The second Brazilian constitution, promulgated in 1891, was inspired by the U.S. Constitution of 1787. The balance of power shifted from a strong, centralized unitary system to a federal one. The first republican constitution of the country contained the main fundamental rights of liberal ideology, namely the right to liberty, security, property and equality before the law, and like the previous one, it did not provide for social rights. The moderating power was dissolved and the division of powers was then reestablished in accordance with the classical theory of Montesquieu. The Supreme Federal Court was created pursuant to the model of the U.S. Supreme Court, an institution with the ability to declare the unconstitutionality of the acts of political power (Bonavides Curso de Direito Constitucional 365). The English conception of “rule of law”, a state limited by law, was therefore established in Brazilian legal system, i.e. the idea that the ruler is above the law was consequently abandoned.
As for the exercise of the right to vote, the first paragraph of Article 70 limited the universal suffrage to male citizens (with exceptions, such as illiterates, beggars and members of monastic orders). Furthermore, the death penalty was abolished, and the constitution of 1891 was the first one to include the rule of habeas corpus. Likewise, the rights to inviolability of domicile, legal defense and the individualization of punishment were comprised by the constitutional text.
These fundamental guarantees were maintained in the next Constitution of 1934. In the title referring to individual rights and guarantees the right to property was restricted to the collective interest. Furthermore, the writ of mandamus was inscribed under article 113, paragraph 33.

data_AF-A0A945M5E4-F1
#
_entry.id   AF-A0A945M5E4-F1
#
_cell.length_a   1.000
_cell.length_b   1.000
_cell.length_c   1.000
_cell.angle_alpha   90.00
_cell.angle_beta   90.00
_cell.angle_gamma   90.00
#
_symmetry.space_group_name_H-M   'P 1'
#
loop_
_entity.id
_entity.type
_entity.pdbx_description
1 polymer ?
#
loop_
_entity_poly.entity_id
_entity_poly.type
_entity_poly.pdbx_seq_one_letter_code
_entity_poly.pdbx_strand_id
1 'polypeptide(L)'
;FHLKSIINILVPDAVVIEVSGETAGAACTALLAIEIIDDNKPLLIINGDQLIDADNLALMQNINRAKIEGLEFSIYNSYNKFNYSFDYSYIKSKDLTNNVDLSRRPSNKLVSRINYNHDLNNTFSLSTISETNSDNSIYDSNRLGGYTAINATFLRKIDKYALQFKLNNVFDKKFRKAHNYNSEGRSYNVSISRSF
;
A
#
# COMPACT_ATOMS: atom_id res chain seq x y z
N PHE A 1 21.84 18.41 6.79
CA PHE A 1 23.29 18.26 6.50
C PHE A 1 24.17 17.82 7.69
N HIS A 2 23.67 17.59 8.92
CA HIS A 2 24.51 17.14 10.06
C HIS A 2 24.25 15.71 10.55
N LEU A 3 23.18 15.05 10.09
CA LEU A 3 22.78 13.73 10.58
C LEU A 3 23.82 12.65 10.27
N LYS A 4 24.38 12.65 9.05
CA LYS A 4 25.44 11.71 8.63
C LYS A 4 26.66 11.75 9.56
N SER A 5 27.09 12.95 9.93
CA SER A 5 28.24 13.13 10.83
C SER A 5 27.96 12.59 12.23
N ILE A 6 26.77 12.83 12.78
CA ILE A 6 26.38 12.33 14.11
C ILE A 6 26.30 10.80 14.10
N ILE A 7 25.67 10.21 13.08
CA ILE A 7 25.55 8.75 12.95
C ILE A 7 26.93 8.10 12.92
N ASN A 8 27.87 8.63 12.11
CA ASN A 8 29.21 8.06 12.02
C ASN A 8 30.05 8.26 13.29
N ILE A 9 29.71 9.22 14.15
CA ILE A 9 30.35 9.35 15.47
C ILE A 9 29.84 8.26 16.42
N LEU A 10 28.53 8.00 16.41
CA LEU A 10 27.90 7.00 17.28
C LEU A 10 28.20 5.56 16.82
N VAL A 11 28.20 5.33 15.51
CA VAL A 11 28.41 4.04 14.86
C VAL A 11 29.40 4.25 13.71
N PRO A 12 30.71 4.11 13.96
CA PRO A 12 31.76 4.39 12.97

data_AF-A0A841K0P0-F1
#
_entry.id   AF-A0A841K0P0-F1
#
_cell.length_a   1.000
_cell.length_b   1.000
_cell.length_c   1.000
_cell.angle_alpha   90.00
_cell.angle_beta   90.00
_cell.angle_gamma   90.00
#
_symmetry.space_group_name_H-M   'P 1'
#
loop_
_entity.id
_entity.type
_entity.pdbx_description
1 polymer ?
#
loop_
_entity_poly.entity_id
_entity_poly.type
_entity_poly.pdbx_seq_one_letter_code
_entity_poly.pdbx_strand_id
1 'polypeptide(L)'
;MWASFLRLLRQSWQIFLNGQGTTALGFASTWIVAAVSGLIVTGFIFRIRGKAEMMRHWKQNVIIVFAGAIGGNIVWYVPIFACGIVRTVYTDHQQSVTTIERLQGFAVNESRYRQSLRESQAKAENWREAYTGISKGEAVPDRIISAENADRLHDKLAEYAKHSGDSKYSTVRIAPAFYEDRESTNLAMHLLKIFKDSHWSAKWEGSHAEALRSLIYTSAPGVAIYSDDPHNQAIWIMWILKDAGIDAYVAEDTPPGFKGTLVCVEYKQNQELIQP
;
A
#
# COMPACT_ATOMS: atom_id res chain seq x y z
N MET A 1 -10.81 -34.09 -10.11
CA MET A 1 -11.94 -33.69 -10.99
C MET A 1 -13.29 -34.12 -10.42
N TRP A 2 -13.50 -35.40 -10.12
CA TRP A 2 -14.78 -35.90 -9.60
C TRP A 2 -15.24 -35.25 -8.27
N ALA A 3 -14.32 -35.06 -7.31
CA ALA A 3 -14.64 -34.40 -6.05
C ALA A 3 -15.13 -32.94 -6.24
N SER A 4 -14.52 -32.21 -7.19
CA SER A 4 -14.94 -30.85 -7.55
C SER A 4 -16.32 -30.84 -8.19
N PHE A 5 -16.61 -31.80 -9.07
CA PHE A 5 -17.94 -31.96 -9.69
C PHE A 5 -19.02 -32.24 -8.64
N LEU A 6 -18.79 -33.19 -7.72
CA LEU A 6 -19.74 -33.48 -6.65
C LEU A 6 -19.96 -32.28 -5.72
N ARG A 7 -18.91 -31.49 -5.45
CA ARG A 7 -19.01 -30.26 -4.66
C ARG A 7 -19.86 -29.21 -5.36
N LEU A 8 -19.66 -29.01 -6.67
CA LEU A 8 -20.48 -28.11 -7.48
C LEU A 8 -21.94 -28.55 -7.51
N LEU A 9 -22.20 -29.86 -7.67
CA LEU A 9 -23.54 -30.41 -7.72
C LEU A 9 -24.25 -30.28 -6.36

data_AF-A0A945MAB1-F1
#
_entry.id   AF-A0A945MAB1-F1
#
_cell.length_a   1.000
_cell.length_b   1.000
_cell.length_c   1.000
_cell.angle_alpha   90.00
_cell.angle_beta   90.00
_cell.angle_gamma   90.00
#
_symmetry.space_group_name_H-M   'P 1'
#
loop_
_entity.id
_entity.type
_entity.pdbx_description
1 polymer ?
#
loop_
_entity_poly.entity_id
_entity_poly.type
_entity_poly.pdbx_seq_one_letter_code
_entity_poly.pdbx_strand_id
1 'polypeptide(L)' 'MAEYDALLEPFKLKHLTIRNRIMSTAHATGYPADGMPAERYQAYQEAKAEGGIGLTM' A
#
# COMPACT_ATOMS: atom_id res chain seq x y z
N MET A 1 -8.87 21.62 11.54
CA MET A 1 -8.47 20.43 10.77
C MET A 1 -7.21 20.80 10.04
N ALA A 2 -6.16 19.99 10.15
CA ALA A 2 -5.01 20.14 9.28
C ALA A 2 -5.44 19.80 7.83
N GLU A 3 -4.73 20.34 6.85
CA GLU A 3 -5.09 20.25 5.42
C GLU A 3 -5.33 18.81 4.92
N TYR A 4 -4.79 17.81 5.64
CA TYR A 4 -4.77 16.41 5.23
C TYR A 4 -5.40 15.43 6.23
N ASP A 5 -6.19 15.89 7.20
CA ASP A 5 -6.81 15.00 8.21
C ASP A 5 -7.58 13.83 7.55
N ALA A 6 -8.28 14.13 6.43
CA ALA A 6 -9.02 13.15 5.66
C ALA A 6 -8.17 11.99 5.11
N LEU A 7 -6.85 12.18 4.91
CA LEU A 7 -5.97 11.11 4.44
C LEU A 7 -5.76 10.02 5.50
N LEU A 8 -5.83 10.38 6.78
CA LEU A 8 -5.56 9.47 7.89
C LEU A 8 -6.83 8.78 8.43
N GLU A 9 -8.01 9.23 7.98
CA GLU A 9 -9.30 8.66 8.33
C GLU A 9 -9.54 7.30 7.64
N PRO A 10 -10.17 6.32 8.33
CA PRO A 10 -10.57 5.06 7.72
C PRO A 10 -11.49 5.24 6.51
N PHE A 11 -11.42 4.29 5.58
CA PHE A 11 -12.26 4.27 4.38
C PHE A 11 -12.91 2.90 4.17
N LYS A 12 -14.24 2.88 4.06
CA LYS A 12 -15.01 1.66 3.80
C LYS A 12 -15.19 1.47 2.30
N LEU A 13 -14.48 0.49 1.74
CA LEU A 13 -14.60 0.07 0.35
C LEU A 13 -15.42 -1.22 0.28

Yet, innovation resulted from the prediction of social rights. Under German influence (Weimar Constitution of 1919) the Constitutional Charter of 1934 opened the country to the idea of welfare state based on the rule of law. Under the titles “The Economic and Social Order” and “Family, Education and Culture” the constitution promulgated in 1934 was imbued with a conception that state intervenes in economy and other sectors of society to ensure its citizens that equality should not be only formal. In this sense, the constitution provided workers with extensive rights, predicted the right to education for all Brazilians and foreigners domiciled in the country as well as family assistance. Despite the provision of women’s suffrage (Article 108 Constitution of 1934), the right to vote was not, however, universal, since it was not extended to illiterates and beggars (Article 108, sole paragraph Constitution of 1934).